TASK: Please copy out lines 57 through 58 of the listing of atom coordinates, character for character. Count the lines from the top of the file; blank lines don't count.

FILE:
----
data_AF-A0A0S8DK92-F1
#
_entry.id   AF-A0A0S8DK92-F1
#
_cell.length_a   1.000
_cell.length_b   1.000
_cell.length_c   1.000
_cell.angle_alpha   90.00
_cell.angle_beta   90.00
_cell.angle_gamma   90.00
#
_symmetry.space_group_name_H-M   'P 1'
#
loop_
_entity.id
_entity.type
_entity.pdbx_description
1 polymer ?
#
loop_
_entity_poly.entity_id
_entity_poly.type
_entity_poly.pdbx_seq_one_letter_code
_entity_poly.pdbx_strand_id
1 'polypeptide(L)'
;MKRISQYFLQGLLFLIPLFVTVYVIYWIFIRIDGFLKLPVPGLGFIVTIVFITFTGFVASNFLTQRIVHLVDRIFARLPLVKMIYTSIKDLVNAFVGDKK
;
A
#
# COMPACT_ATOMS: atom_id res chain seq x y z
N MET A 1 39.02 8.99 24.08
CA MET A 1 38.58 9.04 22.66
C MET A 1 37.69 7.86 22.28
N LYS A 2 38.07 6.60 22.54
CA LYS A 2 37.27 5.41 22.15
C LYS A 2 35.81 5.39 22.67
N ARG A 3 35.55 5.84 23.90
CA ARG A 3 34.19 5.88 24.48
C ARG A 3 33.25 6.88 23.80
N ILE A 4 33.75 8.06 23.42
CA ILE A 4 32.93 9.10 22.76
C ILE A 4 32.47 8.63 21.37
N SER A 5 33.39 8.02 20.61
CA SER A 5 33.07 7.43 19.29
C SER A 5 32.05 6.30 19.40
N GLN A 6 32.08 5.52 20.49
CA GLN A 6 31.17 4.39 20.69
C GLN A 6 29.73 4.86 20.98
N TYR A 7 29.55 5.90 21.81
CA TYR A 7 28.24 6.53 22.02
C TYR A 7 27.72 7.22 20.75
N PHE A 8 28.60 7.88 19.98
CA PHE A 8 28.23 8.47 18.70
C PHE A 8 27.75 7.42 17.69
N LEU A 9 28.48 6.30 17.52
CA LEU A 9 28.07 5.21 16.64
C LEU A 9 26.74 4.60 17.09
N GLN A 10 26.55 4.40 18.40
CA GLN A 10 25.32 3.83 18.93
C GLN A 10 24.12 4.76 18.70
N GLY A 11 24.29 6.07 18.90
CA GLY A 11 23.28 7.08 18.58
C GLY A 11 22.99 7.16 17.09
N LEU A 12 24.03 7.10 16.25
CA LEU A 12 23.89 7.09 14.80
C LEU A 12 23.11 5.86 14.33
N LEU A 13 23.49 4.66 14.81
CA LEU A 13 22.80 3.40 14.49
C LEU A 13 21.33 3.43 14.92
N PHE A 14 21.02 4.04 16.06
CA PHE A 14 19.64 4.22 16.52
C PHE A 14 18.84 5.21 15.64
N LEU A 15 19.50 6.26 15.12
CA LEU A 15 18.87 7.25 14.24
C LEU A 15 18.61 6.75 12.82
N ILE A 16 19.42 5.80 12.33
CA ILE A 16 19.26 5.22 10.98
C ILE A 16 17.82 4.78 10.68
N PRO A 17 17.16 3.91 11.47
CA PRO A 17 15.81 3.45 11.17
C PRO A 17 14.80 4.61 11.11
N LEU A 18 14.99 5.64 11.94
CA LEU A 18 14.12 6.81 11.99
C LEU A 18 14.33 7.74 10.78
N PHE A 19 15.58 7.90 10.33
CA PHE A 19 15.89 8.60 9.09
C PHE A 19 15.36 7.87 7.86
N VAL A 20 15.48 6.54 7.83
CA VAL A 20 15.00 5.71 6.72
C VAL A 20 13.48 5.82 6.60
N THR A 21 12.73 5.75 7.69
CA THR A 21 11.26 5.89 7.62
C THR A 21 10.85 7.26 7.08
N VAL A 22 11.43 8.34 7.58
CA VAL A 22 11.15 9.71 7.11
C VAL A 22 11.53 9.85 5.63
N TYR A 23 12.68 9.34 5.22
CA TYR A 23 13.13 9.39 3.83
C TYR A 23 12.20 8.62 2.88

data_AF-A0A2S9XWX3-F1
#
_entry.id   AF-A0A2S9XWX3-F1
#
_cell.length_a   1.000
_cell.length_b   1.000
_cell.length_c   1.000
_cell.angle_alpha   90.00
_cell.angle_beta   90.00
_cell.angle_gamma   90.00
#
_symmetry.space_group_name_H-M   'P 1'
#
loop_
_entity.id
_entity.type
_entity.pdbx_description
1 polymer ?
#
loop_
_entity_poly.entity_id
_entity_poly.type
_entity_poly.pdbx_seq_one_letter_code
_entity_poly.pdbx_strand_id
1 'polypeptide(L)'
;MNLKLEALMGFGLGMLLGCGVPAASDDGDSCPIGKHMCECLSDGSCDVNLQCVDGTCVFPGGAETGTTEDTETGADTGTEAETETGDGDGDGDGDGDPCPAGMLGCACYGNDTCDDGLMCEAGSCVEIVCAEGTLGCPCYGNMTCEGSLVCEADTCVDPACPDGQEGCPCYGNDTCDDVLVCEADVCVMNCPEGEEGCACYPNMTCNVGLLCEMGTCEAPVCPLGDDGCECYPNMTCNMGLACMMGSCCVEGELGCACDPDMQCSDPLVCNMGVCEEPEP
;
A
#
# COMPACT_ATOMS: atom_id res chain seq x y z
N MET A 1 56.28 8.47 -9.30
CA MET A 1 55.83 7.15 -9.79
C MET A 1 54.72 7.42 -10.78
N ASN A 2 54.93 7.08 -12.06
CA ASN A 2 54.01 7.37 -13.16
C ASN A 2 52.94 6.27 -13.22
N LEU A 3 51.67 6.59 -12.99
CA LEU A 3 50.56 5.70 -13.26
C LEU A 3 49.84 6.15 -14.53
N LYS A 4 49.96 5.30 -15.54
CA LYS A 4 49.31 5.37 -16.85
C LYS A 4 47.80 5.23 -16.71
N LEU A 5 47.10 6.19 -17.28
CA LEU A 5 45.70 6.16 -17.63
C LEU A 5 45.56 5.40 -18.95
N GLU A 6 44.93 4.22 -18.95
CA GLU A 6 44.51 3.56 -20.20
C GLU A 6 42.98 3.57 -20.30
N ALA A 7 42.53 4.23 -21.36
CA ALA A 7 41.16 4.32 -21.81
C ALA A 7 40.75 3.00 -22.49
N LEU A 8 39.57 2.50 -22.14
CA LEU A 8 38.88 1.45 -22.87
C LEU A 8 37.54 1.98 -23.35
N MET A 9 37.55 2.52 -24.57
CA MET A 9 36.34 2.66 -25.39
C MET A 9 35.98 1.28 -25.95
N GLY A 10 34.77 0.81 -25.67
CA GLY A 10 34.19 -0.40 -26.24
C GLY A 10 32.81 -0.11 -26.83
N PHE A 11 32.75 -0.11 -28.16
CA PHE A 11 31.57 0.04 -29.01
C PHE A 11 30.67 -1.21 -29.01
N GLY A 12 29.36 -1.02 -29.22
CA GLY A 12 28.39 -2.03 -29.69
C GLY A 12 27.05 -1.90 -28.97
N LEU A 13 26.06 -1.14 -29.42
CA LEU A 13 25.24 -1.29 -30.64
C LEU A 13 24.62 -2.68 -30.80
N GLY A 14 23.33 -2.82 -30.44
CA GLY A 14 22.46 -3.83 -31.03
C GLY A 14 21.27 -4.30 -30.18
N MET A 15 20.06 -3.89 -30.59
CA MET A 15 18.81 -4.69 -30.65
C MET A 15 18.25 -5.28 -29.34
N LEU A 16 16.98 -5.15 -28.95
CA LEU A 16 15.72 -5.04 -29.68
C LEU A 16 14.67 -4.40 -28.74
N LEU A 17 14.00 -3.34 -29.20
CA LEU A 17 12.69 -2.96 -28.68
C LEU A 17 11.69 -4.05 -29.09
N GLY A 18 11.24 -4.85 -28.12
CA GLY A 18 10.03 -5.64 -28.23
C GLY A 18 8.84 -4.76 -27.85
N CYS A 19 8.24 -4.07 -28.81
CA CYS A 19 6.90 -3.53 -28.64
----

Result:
C LEU A 9 26.74 4.60 17.09
N GLN A 10 26.55 4.40 18.40